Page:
Although new wave and its related genres began to gain steam in 1982 with the aid of flashy music videos on the fledgling cable network MTV, the year actually displayed a tremendous amount of diversity in musical styles. In the year just before Michael Jackson and Prince became megastars and ushered in a new era for urban and dance music, rock music featuring keyboards and guitars still ruled the day. Here's a look at 10 of the best albums that gained critical or commercial prominence in 1982.
During the '80s, some probably considered the Human League to be merely a glossy pop band with a brief cultural shelf life, but with the passage of time this album has built a solid reputation as a major prototype for the synth pop that dominated the first half of the decade. With the ascendancy of lead singer Philip Oakey to the band's creative forefront, the group's elegant pop reached new heights. Still, the touch that arguably gave the band its greatest distinction was the addition of Susan Ann Sulley and Joanne Catherall as vocalists and dramatic foils for Oakey, especially on the smash "Don't You Want Me."
Debut records aren't always the best place to find consistency or albums destined to become classics, but in the case of Detroit singer-songwriter Crenshaw, we could be talking about one of the best albums of the the last quarter-century. Tracks like "There She Goes Again," "Someday, Someway," "Cynical Girl" and "Mary Anne" may be the most familiar, but in true rock classic fashion, this album is chock-full of similarly melodic tunes glistening with songwriting quality. Some tried to fashion Crenshaw the American Elvis Costello, but this album proved immediately that he stood proudly on his own merit.
Previously a full-tilt, free-form bar band, J. Geils and cohorts transformed completely and vibrantly into an '80s pop band on this album, which spent six weeks at No. 1 on the Billboard Hot 100 in 1982. Even so, the band conducted this shift on its own singular terms, delivering a number of stunning pop classics ("Centerfold" and the title track) alongside instrumentally adventurous tracks like "Flamethrower" and "River Blindness" as well as throwback folk rock gems like "Do You Remember When?" and, especially, the wistfully beautiful "Angel in Blue." This is a rare pop classic with basically no filler material.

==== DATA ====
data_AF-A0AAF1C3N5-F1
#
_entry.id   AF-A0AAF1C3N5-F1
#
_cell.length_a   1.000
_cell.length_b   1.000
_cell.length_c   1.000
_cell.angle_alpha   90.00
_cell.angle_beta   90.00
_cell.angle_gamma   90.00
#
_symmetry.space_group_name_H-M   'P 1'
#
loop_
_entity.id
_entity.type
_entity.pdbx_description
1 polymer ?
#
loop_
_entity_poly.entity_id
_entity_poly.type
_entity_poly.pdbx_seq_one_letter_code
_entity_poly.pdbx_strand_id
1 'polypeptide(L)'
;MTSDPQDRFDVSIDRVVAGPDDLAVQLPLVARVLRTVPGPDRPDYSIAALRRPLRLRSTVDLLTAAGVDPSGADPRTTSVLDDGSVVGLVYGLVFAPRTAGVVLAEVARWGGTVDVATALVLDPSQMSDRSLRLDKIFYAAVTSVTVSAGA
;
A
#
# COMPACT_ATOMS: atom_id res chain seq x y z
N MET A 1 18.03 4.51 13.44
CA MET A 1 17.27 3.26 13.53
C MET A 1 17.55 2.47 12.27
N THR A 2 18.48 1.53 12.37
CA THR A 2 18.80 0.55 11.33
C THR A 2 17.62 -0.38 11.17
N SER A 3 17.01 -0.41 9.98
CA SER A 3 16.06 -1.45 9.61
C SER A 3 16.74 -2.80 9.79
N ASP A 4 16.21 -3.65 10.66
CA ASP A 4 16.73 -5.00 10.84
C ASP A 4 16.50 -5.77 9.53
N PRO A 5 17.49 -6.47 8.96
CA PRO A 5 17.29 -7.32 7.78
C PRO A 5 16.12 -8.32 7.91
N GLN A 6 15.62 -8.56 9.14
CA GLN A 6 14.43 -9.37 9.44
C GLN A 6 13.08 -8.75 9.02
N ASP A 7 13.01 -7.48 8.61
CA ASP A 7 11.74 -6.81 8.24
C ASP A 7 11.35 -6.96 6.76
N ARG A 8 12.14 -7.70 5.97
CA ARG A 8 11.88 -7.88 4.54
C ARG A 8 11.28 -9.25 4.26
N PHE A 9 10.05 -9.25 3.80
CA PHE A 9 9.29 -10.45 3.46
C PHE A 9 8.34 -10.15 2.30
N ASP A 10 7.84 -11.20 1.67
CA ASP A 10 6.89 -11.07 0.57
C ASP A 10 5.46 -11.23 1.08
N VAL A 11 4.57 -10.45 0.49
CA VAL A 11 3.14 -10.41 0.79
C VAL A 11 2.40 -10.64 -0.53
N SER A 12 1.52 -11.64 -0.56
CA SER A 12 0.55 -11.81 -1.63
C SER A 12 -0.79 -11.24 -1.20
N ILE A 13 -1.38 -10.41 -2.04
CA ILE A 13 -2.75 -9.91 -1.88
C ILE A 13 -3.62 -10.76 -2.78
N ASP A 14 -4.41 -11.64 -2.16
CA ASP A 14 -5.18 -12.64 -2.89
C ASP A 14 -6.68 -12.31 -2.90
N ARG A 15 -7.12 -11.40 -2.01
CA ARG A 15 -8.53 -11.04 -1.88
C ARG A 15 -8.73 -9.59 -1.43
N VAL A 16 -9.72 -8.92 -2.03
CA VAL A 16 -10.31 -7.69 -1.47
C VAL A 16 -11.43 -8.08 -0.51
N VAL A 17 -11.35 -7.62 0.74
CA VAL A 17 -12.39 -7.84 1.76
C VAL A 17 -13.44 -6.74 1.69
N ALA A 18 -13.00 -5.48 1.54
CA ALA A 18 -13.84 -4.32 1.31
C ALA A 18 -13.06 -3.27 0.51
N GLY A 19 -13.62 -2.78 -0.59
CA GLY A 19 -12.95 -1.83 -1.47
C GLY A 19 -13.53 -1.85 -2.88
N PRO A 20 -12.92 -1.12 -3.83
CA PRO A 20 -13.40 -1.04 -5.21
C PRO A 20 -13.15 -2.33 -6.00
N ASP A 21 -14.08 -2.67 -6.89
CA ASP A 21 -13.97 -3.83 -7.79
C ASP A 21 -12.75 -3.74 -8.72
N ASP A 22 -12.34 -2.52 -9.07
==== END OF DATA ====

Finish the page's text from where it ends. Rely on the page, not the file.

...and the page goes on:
Though this now-legendary album was released at about the time the artists' marriage was coming to a somewhat bitter end, its content doesn't provide an intimate, first-hand view into the dissolution of a romantic relationship, contrary to popular belief. However, even without such a mystique, this record is simply one of the best of the last 25 years, a deeply felt collaboration between talented and well-matched musical partners. Tracks such as "Walking on a Wire," "Just the Motion" and "Wall of Death" are merely the tip of the iceberg of the vast talents of Linda as a singer and Richard as a songwriter and guitar player.
This band of L.A. session legends has never received much credit for being a real band or for even being capable of producing enough strong music to constitute a genuine album release, but this 1982 blockbuster at least severely challenged such attitudes. So what if not very many of us know or treasure the entire album track for track; it's still a major accomplishment for the record's three hit singles ("Rosanna," "I Won't Hold You Back" and "Africa") to have kept the group and its full-length release on the minds of music fans for more than a year after it initially emerged. Never critical darlings, Toto simply squeezed the maximum juice out of this album's fruit.